“Two cubic rooms, yeah? Only used three textures, right? One irritating obstacle, remember?”

    Sounds just like half the levels in Dark Souls 2, actually.

    • popej says:

      This guy!

    • A Gentleman and a Taffer says:

      Surely the two cubic rooms, one on top of the other, with an elevator leading you from a Windmill room to the top of a volcano room WHAT ARE YOU DOING FROM SOFT I DON’T LIKE SURPRISES WHERE IS THE LOGIC IN YOUR SURREAL HORROR FANTASY GAME YOU ARE THE WORST EVER

    • DrPolito says:

      Made me laugh – although it’s a nice change, when you’ve played DS 1 and 3 too much: “Today, I just want to go straight and beat some guys up with two caesti.” Dark Souls Easy Mode.

  5. jon_hill987 says:

    My first UT2K4 map was a semi recreation of Quake’s DM4. That is as close as I got to Quake mapping.

    My first Doom map sounds like your Quake map though, two cubes and a door between them.

  6. Kefren says:

    Oh, how I wanted to make dungeons in Dungeon Master (Amiga), with towers made up of teeny floors that were mostly staircases, and secrets no-one would find.

    To be honest the main things I made were: games in SEUCK (C64 and Amiga) – some of which were okay, with bas relief effects and everything. Before SEUCK I had a £1.99 game creator for the C64, which made platform games of shootemups and had a horrible maze-like menu interface. Still, I managed to create a version of Chainsaw Warrior where you fought through a park. It had slimes, zombies, mutants, Meat Machine and Darkness (who you killed by touching him, because of your exploding vest). I also made a platformer about Fred The Banana, a character I made up and doodled everywhere.

    Around that time I also learned a bit of Basic and created a Choose Your Own Adventure on my C64. All text-based, but the colour of the text changed on each screen (and some seemed incredibly atmospheric). It was post-apocalyptic, where you woke up from cryogenic suspension to find a dead world. You explored and found a car, then set out to survive. It was pretty good. I spent a few days on it, got the first encounters working, but then the game refused to save to tape and I didn’t realised. Turned off the C64. It was all lost (somehow it had over-written the previous versions). A classic for the ages, now so much tape noise. I decided ot start writing books instead.

    • Shar_ds says:

      Ahh, I was about to say that my first proper level were in Starcraft or Half-Life, but no, I had SEUCK as a kid and spent ages with it! No idea what I made, I’m sure it was rubbish, but I enjoyed it!

  7. A Gentleman and a Taffer says:

    No but, I played my first Half-Life map – a room with test versions of the stuff I learned in the Hammer editor tutorials – a door without walls, a ladder and elevator to nowhere, etc. Then you went down a sloping, yes SLOPING, hallway to another room with some doors textured like prison cells and a couple of Combine and …that was it. The plan I drew on old graph paper was AMAZING though. So many sloping hallways, they’re definitely not corridors ok.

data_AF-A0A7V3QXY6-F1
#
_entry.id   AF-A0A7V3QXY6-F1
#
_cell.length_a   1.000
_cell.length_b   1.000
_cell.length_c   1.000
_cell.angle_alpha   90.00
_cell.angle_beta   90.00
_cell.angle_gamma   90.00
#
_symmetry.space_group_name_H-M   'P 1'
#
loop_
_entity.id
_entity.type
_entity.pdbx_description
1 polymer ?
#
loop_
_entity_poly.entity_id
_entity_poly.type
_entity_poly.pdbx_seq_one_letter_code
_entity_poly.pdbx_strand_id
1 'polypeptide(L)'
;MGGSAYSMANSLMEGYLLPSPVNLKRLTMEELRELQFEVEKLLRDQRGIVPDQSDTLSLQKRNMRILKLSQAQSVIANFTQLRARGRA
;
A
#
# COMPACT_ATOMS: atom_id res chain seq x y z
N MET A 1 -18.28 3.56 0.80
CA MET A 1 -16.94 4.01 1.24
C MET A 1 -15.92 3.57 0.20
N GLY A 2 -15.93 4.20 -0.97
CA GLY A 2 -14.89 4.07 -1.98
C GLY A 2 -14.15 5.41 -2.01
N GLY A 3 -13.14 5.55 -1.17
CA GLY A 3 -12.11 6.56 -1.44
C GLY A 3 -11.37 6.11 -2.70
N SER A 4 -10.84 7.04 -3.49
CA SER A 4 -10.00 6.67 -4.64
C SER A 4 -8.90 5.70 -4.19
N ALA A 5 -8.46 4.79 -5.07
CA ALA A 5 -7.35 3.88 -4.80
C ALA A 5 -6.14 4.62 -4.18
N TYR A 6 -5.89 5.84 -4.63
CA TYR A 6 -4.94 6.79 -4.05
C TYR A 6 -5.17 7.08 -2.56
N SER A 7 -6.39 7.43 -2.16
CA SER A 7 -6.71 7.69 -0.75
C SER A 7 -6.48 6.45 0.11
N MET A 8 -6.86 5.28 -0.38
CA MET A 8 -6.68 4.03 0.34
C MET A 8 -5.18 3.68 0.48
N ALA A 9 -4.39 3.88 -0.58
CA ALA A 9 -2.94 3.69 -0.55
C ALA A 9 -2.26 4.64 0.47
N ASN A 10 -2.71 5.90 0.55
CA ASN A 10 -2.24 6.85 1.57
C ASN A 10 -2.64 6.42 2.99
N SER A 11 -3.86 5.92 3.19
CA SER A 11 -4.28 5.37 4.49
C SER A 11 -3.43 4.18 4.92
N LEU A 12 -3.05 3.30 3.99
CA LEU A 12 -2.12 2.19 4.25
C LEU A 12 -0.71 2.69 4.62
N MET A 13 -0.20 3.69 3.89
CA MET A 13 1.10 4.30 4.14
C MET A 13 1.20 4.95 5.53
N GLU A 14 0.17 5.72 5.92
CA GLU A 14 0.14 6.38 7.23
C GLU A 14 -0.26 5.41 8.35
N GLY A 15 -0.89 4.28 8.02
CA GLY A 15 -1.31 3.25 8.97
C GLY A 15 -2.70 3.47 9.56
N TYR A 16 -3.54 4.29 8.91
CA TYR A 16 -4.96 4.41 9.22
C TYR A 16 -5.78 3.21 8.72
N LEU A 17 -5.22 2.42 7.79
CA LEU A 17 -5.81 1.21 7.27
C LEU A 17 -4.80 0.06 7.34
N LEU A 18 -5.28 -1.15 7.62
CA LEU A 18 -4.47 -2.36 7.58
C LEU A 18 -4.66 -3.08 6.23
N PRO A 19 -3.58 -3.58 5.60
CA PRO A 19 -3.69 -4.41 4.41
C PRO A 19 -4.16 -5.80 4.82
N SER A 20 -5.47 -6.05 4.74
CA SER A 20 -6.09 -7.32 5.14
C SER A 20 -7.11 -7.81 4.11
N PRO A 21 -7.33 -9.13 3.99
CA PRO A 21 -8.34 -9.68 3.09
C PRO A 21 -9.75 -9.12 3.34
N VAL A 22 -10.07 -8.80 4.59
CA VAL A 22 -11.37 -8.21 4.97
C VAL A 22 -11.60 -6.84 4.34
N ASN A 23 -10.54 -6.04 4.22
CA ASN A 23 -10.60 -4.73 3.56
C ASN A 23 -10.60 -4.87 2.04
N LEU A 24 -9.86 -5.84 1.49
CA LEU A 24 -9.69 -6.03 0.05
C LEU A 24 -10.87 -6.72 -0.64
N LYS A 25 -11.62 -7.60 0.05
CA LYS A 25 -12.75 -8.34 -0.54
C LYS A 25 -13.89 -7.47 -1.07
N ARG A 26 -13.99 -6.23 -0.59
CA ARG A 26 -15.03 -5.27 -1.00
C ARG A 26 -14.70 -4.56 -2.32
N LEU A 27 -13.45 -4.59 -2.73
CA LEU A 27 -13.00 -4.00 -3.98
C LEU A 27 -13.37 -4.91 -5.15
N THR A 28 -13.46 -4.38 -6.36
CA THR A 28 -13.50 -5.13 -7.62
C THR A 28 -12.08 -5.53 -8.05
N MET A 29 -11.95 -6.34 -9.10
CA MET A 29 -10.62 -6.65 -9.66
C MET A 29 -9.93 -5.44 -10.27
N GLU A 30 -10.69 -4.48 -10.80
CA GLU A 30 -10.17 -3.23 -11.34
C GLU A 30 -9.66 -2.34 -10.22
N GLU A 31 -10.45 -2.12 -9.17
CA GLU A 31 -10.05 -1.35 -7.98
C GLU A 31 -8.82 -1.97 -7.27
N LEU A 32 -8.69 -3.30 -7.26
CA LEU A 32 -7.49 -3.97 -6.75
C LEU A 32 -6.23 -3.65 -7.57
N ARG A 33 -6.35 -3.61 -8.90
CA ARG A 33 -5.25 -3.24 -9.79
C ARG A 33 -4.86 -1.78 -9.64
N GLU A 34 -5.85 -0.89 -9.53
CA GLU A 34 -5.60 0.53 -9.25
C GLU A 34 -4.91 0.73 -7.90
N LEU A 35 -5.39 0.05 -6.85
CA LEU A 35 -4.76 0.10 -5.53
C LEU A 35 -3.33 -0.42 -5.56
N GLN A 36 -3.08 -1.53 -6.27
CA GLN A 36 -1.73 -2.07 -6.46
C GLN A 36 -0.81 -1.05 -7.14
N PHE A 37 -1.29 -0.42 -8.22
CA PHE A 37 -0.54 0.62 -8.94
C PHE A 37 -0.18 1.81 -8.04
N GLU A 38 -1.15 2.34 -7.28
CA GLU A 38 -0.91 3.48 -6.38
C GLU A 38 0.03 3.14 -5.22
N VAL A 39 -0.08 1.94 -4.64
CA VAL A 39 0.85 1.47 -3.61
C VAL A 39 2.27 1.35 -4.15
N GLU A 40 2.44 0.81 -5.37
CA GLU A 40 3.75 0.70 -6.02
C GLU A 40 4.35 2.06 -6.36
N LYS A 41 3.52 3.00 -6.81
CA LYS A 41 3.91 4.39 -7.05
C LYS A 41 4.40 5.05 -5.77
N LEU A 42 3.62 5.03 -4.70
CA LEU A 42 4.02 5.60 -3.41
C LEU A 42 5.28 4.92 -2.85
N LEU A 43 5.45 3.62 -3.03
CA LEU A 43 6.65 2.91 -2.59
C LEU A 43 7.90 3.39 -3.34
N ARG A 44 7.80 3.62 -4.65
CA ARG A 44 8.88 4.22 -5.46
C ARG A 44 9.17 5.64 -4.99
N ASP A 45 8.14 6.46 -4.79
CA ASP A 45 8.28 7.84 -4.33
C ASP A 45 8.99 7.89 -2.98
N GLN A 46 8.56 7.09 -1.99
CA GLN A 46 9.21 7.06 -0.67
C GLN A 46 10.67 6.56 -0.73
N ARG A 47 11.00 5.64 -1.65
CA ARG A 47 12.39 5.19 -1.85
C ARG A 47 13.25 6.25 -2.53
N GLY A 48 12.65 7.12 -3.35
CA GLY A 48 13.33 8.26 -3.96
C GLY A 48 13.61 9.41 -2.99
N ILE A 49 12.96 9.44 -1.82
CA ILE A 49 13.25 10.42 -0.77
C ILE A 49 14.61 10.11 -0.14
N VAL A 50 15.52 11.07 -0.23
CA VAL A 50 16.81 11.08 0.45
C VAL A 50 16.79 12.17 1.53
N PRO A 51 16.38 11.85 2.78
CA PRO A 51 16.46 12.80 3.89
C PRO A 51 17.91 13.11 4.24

I also played my first UT map, a rectangular room with columns running down the sides a la that scene in the Matrix, that led to an enormous box I was going to traipse with interlocking gangways but the size of the room killed my RAM.

    And I played my first HL2 map, the one I’m actually proud of, a surprisingly accurate recreation of my flat at the time. My girlfriend was genuinely impressed. I looked at the hours it took to make (dozens) and the length of time it took to explore (about 30 seconds) and realised level design is bullshit and I really don’t have the patience.


  8. Premium User Badge

    gritz says:

    My first DOOM .wad was going to be an X-Com total conversion. Because X-Com and DOOM were awesome and combining them was going to be awesome and I was going to do it all on my own even though I was a child.

    I gave up when my attempt to reskin a Cacodaemon as a Cyberdisk in MS-Paint (circa Windows for Workgroups) didn’t turn out as nice as I’d hoped.

    • A Gentleman and a Taffer says:

      Assuming you are no longer a child, you should totally do this it sounds awesome. I would definitely play it (probably not pay for it though, that’s cool right?)

    • ThePuzzler says:

      You can fight the Doom monsters in the X-Piratez X-Com mod…

  9. Barberetti says:

    I did the opposite type of first map. One with everything in it. All the weapons. All the power-ups. Lava trap. Teleporter with 2 different destinations. Shoot switches. Pressure plates. Moving platforms, etc. I remember I couldn’t work out how to do the tech door properly, so when it activates, the whole thing slides to the left :D

    It made it onto the cover disk of one of the PC magazines. PC Zone maybe? Something like that.

    Anyway, here you go if you want a laugh!

    link to quaddicted.com

    • demicanadian says:

      Oh my. I remember this one! It was one of those maps that EraserBot didn’t like that much (too many switches, iirc), but it impressed me with all them traps.

      • Barberetti says:

        Glad you liked it!